Proposals by the European Commission (EC) to update the regulation of financial markets under the updated Markets in Financial Instruments Directive (MiFID II) have been brought forward too quickly and risk damaging both the City of London and the entire EU financial sector, says the UK’s House of Lords economic and financial affairs EU sub-committee.
In its report, the Parliamentary House of Lords committee acknowledges that a review of the existing MiFID I regulatory package is necessary, but expresses concerns that the new proposals on transparency are flawed and risk creating unnecessary red tape.
Committee chairman, Lord Harrison, said: “We are very concerned that the undue haste with which MiFID II has been brought forward means that the Commission simply hasn’t had time to think through the implications of its proposals. The consequences of ill-thought-out legislation, not only for the City and the EU financial sector, but for consumers of investment services throughout the EU, could be hugely damaging.
“While we absolutely agree that a review of MiFID I was needed, we simply can’t risk locking third country firms out of EU financial markets or damaging the provision of investment services. It is vital that the UK government, the European Commission, Council and European Parliament ensure that, rather than being bounced into these changes, all steps necessary are taken to ensure that MiFID II is fit for purpose before it comes into force.”
Specific criticisms levelled at MiFID II in the report include:
- Proposals on third country access would effectively create a ‘fortress Europe’, forcing countries such as the USA and China out of affected markets to the detriment of EU consumers.
- Although the EC’s desire for greater transparency is welcomed, an unsophisticated, ‘one-size-fits-all’ approach that ignores the sensitivity of information before a trade is made (pre-trade transparency) risks damaging liquidity and reducing competition, and could also have a serious effect on market innovation.
- The new category of Organised Trading Facilities (OTFs), aimed at ensuring all organised trading is conducted on regulated venues, risks creating red tape through an overly complicated regulatory framework.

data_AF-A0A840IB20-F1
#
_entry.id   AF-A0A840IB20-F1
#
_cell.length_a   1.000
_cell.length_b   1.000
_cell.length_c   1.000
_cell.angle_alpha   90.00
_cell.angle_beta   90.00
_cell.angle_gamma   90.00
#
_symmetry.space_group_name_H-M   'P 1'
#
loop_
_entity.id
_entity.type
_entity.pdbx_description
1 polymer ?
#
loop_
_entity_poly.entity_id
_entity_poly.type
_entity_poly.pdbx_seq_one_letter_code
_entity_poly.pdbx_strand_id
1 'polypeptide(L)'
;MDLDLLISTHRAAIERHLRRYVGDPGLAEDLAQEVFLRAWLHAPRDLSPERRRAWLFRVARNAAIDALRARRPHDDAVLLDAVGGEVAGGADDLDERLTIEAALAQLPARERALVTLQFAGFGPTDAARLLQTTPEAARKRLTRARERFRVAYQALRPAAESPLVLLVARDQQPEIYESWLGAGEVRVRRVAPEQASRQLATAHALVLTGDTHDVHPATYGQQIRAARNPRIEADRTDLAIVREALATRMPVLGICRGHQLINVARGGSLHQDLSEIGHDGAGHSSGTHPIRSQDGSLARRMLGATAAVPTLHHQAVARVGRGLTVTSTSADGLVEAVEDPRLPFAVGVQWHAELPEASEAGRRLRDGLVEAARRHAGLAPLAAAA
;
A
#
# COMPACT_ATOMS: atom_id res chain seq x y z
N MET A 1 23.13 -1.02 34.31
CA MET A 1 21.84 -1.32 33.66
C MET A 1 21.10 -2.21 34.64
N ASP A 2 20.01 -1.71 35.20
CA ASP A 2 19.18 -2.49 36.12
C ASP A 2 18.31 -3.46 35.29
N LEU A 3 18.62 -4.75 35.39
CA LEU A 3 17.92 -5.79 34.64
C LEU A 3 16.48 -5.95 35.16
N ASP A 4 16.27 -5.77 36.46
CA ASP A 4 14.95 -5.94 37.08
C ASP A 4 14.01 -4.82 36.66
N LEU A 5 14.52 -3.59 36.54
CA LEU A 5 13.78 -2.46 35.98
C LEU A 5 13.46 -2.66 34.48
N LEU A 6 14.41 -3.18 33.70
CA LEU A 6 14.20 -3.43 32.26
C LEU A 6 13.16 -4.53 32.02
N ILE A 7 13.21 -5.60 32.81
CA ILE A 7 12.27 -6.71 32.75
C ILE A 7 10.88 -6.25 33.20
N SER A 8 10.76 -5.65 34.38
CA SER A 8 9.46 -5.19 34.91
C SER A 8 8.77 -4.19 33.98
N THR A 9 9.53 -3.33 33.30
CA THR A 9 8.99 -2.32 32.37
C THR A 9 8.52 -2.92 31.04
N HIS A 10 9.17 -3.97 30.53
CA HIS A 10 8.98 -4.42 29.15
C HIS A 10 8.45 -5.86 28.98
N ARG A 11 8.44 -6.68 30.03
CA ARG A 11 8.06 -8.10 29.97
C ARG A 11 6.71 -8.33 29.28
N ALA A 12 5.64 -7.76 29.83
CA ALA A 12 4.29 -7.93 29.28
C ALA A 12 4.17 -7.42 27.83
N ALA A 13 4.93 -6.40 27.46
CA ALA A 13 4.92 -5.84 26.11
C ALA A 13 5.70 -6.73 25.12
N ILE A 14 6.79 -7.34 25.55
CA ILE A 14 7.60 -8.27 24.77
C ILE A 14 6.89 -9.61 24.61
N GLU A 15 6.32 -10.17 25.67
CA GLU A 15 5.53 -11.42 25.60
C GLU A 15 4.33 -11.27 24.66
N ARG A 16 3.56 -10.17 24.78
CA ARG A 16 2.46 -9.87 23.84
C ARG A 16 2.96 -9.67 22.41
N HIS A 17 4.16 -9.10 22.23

The aim of MiFID II, of course, and the OTF rules is to regulate any markets that were missed the first time around under the Multilateral Trading Facility (MTF) stipulations.
Only time will tell if the OTF rules work and the wider agenda for extra transparency under MiFID II comes to fruition. The industry would no doubt tell the regulators to take care that this European initiative fits in with other global post-2008 drives to improve the oversight of the trading environment, such as the move towards centralised clearing for over the counter (OTC) trades for example, but whether the EC is minded to listen or not is debatable. It is determined to take action to try to ensure that another 2008-style crash cannot happen again and is probably not minded to listen to the House of Lords and its pleading for the special place of the internationally-focused markets in London.
It also remains to be seen whether MiFID II, OTFs and the rest of the proposals work as intended in practice, but it is likely the new regulation will only turn out to be the latest instance of the on-going war between the regulated and the regulating. As the ‘poachers and the gamekeepers’ argue over the specifics and implementation, the end result may well be a MiFID III eventually. Surely, not an enticing prospect for anyone.
The country is expected to survive the review, which it must do to retain its place in the European Central Bank’s asset purchase programme.
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